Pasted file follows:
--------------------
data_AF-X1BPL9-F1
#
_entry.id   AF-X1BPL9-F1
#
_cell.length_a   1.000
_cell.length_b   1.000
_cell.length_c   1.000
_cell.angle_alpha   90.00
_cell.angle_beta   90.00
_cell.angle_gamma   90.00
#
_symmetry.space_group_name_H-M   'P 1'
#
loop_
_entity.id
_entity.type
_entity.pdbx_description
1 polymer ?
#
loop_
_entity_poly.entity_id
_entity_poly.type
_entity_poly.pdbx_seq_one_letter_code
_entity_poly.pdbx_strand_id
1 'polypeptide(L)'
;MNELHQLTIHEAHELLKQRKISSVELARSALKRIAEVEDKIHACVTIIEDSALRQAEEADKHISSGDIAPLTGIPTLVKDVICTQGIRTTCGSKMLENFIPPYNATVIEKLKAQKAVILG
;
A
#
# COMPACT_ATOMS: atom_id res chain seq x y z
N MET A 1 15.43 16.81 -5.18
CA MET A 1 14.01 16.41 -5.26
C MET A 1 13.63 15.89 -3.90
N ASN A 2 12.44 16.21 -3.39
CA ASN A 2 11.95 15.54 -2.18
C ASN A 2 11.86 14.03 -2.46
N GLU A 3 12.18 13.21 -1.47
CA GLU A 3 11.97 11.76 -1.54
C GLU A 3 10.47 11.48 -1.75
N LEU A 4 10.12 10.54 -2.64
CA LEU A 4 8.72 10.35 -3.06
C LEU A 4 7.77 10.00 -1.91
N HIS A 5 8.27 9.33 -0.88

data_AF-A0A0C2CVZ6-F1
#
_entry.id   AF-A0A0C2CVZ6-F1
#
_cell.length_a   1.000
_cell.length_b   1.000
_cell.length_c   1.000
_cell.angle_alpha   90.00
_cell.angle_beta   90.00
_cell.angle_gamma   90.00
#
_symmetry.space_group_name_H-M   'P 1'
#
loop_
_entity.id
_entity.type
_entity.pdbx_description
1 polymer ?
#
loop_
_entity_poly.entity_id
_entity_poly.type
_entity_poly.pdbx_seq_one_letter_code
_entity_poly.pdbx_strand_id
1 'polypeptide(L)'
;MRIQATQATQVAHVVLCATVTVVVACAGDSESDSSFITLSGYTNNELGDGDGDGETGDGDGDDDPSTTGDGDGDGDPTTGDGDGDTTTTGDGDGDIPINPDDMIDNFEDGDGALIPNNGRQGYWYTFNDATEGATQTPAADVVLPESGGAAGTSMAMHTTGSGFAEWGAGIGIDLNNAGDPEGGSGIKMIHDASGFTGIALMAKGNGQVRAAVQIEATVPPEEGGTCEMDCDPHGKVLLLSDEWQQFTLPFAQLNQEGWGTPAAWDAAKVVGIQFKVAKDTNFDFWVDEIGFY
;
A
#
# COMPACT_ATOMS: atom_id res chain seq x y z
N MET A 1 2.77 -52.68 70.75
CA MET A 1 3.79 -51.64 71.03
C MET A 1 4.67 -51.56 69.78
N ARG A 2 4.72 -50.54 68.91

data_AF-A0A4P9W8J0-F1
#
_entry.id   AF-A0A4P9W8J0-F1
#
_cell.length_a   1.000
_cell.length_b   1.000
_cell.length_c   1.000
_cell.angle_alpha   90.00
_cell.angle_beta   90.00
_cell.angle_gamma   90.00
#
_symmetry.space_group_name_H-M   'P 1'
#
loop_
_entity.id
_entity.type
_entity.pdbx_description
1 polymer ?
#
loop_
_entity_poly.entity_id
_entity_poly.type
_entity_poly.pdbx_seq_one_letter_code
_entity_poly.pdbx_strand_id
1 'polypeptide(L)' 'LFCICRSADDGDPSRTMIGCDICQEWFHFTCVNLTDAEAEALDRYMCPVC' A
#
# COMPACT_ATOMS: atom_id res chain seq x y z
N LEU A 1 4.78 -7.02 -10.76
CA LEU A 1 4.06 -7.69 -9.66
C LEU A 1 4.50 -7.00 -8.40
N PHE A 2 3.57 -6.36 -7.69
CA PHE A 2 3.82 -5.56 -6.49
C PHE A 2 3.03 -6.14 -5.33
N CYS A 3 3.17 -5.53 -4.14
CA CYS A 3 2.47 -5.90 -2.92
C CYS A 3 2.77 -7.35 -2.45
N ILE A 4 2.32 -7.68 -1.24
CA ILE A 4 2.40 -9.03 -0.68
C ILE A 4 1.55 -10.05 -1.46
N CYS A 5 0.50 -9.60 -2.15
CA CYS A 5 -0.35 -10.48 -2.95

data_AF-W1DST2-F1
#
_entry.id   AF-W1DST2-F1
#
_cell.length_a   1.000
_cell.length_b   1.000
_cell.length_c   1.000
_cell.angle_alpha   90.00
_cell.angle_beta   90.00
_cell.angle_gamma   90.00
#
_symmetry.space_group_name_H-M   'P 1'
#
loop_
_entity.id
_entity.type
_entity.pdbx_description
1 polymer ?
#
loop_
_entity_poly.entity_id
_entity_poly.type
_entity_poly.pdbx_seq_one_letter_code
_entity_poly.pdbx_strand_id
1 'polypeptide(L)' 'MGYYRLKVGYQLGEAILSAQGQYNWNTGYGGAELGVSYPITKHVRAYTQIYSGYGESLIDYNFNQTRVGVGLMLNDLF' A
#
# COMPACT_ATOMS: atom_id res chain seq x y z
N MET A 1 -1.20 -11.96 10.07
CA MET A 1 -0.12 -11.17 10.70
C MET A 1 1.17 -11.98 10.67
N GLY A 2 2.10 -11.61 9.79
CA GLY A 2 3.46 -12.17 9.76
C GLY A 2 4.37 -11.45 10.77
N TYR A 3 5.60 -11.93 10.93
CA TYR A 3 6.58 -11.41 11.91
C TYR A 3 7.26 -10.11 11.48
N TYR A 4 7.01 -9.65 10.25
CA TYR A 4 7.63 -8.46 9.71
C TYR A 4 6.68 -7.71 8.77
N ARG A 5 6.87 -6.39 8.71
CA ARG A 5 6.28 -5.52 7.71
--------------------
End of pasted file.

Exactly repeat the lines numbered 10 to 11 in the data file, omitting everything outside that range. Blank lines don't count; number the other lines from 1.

_cell.angle_gamma   90.00
#